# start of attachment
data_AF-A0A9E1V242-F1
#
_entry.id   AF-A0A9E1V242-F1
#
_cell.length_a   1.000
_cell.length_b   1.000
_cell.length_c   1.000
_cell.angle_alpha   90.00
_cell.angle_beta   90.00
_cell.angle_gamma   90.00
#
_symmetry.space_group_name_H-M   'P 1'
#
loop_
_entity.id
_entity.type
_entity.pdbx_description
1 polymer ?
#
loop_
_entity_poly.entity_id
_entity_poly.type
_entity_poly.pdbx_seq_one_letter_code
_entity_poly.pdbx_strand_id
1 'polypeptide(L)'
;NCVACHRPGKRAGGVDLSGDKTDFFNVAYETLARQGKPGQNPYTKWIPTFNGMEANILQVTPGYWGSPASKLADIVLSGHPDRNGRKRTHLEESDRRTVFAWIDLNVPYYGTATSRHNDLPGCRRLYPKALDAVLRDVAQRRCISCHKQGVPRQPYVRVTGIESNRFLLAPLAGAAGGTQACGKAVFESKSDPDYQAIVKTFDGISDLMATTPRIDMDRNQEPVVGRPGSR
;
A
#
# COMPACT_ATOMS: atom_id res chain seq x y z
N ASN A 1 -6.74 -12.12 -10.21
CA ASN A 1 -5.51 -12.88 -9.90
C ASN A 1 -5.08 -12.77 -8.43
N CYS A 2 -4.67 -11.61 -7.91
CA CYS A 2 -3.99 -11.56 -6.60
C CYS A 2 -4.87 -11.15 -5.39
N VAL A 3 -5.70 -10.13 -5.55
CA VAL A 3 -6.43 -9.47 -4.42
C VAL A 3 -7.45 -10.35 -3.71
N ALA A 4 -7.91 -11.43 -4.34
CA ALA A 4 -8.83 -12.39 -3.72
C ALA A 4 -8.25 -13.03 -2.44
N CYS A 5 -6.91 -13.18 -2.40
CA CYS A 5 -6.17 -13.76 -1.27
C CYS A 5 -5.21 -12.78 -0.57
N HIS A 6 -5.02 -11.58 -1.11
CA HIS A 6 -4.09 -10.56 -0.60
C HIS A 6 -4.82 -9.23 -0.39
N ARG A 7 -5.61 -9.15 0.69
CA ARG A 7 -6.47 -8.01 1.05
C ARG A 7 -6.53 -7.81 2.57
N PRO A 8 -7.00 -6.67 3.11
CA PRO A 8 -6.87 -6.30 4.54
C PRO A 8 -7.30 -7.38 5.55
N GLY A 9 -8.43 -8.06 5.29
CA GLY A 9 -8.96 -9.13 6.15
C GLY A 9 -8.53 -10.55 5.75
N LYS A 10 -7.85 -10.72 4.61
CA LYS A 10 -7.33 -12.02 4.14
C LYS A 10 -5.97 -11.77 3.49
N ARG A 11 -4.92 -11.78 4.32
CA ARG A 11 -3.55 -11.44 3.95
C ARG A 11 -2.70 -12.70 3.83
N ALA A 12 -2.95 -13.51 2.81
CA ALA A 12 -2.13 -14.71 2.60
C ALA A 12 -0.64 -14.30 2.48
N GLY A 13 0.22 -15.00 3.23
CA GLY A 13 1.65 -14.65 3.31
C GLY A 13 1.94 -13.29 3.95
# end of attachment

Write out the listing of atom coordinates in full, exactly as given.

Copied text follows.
data_AF-A0A9E1V242-F1
#
_entry.id   AF-A0A9E1V242-F1
#
_cell.length_a   1.000
_cell.length_b   1.000
_cell.length_c   1.000
_cell.angle_alpha   90.00
_cell.angle_beta   90.00
_cell.angle_gamma   90.00
#
_symmetry.space_group_name_H-M   'P 1'
#
loop_
_entity.id
_entity.type
_entity.pdbx_description
1 polymer ?
#
loop_
_entity_poly.entity_id
_entity_poly.type
_entity_poly.pdbx_seq_one_letter_code
_entity_poly.pdbx_strand_id
1 'polypeptide(L)'
;NCVACHRPGKRAGGVDLSGDKTDFFNVAYETLARQGKPGQNPYTKWIPTFNGMEANILQVTPGYWGSPASKLADIVLSGHPDRNGRKRTHLEESDRRTVFAWIDLNVPYYGTATSRHNDLPGCRRLYPKALDAVLRDVAQRRCISCHKQGVPRQPYVRVTGIESNRFLLAPLAGAAGGTQACGKAVFESKSDPDYQAIVKTFDGISDLMATTPRIDMDRNQEPVVGRPGSR
;
A
#
# COMPACT_ATOMS: atom_id res chain seq x y z
N ASN A 1 -6.74 -12.12 -10.21
CA ASN A 1 -5.51 -12.88 -9.90
C ASN A 1 -5.08 -12.77 -8.43
N CYS A 2 -4.67 -11.61 -7.91
CA CYS A 2 -3.99 -11.56 -6.60
C CYS A 2 -4.87 -11.15 -5.39
N VAL A 3 -5.70 -10.13 -5.55
CA VAL A 3 -6.43 -9.47 -4.42
C VAL A 3 -7.45 -10.35 -3.71
N ALA A 4 -7.91 -11.43 -4.34
CA ALA A 4 -8.83 -12.39 -3.72
C ALA A 4 -8.25 -13.03 -2.44
N CYS A 5 -6.91 -13.18 -2.40
CA CYS A 5 -6.17 -13.76 -1.27
C CYS A 5 -5.21 -12.78 -0.57
N HIS A 6 -5.02 -11.58 -1.11
CA HIS A 6 -4.09 -10.56 -0.60
C HIS A 6 -4.82 -9.23 -0.39
N ARG A 7 -5.61 -9.15 0.69
CA ARG A 7 -6.47 -8.01 1.05
C ARG A 7 -6.53 -7.81 2.57
N PRO A 8 -7.00 -6.67 3.11
CA PRO A 8 -6.87 -6.30 4.54
C PRO A 8 -7.30 -7.38 5.55
N GLY A 9 -8.43 -8.06 5.29
CA GLY A 9 -8.96 -9.13 6.15
C GLY A 9 -8.53 -10.55 5.75
N LYS A 10 -7.85 -10.72 4.61
CA LYS A 10 -7.33 -12.02 4.14
C LYS A 10 -5.97 -11.77 3.49
N ARG A 11 -4.92 -11.78 4.32
CA ARG A 11 -3.55 -11.44 3.95
C ARG A 11 -2.70 -12.70 3.83
N ALA A 12 -2.95 -13.51 2.81
CA ALA A 12 -2.13 -14.71 2.60
C ALA A 12 -0.64 -14.30 2.48
N GLY A 13 0.22 -15.00 3.23
CA GLY A 13 1.65 -14.65 3.31
C GLY A 13 1.94 -13.29 3.95